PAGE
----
The National Human Rights Commission on Wednesday said banning mobile phones in school violates students’ rights.
“We have decided that collecting students’ mobile phones at the start of the school day and returning them at the end violates the freedom of action and communication guaranteed by the Constitution.”
The commission reviewed the matter after a high schooler filed a petition complaining about it. “We have recommended the principal of the school end the absolute ban on mobile phone use and to make revisions,” the commission added.
The school had told the commission that its actions were justified since they were based on the opinions of students, teachers and parents.
“In today’s society, mobile phones are important tools that enable people to form, maintain and develop social relationships,” the commission said. It added that schools need to “consider other measures that minimize violation of basic rights” by not confiscating phones without students’ consent and allowing them to use them during lunch and break times.
But the commission said switching the devices on when collecting them to see if they are genuine mobile phones cannot be viewed as an invasion of privacy.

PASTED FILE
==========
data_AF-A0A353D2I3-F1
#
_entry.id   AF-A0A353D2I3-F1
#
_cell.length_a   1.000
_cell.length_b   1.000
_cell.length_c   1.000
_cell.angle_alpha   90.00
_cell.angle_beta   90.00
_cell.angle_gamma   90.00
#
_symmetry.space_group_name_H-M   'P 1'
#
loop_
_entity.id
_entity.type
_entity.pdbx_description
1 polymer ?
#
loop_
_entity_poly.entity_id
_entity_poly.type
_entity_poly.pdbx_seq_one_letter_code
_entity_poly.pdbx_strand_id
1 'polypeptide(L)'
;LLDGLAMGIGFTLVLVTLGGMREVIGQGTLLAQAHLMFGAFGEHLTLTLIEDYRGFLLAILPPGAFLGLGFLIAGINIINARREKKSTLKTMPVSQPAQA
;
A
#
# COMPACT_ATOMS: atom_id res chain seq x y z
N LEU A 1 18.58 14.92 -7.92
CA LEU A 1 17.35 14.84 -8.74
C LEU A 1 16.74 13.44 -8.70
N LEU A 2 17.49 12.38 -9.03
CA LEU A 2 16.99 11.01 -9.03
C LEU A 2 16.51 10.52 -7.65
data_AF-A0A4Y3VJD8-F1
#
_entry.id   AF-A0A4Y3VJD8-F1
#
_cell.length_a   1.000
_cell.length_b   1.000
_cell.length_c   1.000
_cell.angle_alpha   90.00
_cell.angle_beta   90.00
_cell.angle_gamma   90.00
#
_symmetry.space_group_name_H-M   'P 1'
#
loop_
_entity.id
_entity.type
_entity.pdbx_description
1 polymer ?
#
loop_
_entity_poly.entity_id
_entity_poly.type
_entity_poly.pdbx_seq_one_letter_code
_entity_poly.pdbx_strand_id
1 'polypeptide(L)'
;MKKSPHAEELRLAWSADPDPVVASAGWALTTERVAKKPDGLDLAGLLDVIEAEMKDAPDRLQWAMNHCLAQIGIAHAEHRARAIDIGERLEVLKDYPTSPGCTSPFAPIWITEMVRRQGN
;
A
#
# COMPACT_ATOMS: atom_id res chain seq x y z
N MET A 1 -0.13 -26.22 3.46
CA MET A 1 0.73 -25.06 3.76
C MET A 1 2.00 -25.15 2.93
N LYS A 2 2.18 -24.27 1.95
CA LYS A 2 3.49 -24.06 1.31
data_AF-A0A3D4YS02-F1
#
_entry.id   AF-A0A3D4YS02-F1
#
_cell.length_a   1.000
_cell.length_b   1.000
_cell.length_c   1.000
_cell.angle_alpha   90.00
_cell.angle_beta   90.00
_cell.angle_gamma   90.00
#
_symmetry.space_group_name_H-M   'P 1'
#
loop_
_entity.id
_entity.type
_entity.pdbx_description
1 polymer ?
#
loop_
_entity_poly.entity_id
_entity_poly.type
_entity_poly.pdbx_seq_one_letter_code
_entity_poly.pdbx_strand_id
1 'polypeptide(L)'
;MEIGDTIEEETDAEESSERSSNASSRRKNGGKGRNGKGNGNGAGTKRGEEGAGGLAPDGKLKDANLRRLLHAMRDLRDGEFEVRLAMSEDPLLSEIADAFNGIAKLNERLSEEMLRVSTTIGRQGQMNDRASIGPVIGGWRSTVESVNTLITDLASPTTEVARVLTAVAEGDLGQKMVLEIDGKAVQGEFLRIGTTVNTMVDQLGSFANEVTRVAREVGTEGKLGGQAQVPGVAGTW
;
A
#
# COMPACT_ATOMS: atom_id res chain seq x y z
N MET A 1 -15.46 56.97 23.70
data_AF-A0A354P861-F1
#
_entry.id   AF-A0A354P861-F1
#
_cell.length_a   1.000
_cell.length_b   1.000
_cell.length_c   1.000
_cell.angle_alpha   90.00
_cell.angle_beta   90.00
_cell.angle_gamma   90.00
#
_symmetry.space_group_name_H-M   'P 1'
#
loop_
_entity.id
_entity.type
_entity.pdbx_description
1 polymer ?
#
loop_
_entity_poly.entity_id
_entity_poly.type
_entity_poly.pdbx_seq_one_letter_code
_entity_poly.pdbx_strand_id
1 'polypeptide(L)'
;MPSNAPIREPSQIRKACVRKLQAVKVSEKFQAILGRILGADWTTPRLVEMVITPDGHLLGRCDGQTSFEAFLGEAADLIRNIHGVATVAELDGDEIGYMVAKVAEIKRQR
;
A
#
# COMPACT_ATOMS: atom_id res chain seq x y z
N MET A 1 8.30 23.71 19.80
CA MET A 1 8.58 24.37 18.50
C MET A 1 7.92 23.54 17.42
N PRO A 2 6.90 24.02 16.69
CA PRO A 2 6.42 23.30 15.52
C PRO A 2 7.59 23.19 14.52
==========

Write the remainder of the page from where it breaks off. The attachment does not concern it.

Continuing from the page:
Teachers at the school in question check each mobile phone to see if students are turning in fake handsets while holding on to their real ones.
This is the third time the commission ruled that a ban on students’ mobile phone use violates their rights. Earlier, the commission recommended two middle schools revise their total ban. The commission’s recommendations are not legally binding.
Teachers and other school officials insist that the commission’s recommendations “do not reflect reality.” Teachers are complaining that it is unrealistic to collect phones at the start of every class and return them during breaks.
Park Jeong-hyun, a teacher in a middle school in Incheon, said, “If you allow mobile phone use in schools, we will see a surge in illegal photography and cyber-bullying on social media. We already have a lot of problems with students using mobile phones, and the commission’s recommendation will only make things more difficult.”
Others warned the recommendation will only worsen the problem of mobile phone addiction among students.
The Korean Federation of Teachers’ Associations said the commission “continues to make recommendations that violate the rights of teachers to teach and the rights of students to learn” and urged it to stop. It told the commission to consider that teachers are “at war” with mobile phone use at school.
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